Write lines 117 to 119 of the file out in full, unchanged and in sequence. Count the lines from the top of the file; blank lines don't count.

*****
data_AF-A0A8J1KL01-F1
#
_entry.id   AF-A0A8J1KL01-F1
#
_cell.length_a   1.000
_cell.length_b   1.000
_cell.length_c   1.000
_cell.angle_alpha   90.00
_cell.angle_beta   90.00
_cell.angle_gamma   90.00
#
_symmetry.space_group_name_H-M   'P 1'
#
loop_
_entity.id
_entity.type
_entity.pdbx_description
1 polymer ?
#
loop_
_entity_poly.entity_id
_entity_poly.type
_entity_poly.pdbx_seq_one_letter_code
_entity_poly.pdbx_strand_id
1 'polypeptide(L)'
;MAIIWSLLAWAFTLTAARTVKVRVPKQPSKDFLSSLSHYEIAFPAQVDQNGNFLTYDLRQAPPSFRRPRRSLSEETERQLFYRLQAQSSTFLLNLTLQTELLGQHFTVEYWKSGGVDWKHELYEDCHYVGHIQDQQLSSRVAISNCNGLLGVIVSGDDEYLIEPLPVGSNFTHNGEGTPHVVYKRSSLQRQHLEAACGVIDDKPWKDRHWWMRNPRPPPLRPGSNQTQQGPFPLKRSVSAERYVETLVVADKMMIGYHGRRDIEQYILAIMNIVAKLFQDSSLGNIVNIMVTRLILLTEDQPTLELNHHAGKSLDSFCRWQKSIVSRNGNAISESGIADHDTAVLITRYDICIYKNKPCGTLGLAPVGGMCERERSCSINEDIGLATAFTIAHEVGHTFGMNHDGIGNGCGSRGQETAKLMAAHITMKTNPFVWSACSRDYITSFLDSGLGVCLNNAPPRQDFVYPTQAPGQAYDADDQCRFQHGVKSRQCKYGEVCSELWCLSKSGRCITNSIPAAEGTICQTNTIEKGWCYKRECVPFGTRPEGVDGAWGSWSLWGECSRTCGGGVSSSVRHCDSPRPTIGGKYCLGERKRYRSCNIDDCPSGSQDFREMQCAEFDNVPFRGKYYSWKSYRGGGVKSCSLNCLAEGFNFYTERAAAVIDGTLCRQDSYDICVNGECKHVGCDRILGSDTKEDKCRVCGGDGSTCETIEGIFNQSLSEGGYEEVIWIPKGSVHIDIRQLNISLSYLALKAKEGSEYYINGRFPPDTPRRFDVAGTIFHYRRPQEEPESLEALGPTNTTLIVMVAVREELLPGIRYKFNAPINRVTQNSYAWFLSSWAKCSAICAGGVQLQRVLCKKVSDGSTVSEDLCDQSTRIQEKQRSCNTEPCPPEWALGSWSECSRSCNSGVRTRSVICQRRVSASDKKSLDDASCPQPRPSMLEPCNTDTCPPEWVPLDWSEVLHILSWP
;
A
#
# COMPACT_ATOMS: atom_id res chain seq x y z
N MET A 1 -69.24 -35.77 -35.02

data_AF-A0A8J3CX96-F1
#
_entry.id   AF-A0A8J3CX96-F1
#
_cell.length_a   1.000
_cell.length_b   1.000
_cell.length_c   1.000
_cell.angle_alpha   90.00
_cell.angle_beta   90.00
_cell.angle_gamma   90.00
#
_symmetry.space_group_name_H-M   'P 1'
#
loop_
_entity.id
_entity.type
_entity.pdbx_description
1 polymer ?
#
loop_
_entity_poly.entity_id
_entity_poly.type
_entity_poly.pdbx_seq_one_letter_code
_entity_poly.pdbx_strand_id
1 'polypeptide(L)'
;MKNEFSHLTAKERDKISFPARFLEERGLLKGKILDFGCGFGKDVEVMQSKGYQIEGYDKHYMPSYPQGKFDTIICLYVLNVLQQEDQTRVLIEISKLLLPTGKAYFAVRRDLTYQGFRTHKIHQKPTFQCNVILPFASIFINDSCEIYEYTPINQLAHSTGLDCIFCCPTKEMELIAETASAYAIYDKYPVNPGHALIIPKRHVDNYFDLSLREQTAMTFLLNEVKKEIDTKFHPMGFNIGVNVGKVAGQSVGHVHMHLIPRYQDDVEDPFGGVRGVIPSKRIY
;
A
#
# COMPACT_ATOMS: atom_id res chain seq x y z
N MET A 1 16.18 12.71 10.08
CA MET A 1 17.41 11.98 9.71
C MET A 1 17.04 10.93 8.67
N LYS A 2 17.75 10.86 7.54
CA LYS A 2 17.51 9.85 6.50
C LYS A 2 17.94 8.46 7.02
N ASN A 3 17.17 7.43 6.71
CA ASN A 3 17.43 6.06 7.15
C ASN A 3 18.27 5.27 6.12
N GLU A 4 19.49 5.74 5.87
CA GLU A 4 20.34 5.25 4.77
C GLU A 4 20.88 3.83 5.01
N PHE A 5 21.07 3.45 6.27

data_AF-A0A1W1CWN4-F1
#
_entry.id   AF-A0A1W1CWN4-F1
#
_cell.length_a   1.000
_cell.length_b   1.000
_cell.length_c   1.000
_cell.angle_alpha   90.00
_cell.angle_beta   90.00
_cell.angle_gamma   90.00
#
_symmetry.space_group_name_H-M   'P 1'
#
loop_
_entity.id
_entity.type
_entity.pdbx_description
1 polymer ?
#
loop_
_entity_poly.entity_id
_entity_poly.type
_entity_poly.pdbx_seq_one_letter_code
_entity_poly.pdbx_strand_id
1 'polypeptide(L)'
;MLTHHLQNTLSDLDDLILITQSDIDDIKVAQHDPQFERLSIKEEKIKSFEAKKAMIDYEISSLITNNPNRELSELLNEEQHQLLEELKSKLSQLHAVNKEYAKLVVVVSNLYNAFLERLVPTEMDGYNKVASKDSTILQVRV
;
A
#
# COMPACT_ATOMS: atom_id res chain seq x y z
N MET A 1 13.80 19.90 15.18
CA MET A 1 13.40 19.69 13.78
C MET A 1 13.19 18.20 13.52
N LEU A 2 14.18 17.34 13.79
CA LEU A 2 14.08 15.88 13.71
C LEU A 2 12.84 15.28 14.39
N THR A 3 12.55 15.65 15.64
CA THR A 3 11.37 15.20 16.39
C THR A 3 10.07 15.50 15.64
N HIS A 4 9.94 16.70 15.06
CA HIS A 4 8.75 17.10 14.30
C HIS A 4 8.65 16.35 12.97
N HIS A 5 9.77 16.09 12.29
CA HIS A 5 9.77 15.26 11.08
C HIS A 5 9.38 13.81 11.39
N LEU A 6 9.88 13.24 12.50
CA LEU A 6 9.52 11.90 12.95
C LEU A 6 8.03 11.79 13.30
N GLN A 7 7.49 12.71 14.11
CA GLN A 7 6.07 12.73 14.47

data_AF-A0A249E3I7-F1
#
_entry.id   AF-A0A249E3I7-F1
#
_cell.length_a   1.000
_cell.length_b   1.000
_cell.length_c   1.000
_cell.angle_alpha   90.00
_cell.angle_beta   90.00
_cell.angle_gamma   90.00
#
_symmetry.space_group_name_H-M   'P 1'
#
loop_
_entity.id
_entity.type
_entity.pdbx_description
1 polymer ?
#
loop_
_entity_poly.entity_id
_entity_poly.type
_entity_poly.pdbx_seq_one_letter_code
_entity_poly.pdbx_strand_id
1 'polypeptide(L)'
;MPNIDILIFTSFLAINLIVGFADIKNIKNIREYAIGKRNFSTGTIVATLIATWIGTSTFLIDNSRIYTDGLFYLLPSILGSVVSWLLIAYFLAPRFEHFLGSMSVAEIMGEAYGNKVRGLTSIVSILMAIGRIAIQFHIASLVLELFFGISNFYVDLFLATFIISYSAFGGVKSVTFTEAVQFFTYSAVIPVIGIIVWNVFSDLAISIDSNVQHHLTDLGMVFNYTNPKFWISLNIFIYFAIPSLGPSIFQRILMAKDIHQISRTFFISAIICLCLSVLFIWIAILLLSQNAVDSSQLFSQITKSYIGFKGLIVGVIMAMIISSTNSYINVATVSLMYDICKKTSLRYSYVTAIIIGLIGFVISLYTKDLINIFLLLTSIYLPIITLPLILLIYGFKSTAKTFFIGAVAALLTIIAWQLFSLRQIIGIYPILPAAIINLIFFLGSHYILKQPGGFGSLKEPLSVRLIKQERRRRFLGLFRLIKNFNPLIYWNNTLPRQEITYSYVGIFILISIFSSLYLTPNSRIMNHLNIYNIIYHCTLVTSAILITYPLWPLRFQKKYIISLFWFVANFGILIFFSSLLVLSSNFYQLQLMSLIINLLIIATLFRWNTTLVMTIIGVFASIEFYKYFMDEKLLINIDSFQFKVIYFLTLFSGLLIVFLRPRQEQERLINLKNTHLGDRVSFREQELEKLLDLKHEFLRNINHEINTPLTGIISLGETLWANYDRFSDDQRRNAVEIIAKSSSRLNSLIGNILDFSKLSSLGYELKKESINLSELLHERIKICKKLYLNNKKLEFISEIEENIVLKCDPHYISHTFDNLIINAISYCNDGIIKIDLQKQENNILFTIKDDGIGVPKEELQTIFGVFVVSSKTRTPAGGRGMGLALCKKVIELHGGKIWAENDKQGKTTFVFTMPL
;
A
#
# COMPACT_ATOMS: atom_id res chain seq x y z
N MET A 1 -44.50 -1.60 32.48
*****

N HIS A 5 9.77 16.09 12.29
CA HIS A 5 9.77 15.26 11.08
C HIS A 5 9.38 13.81 11.39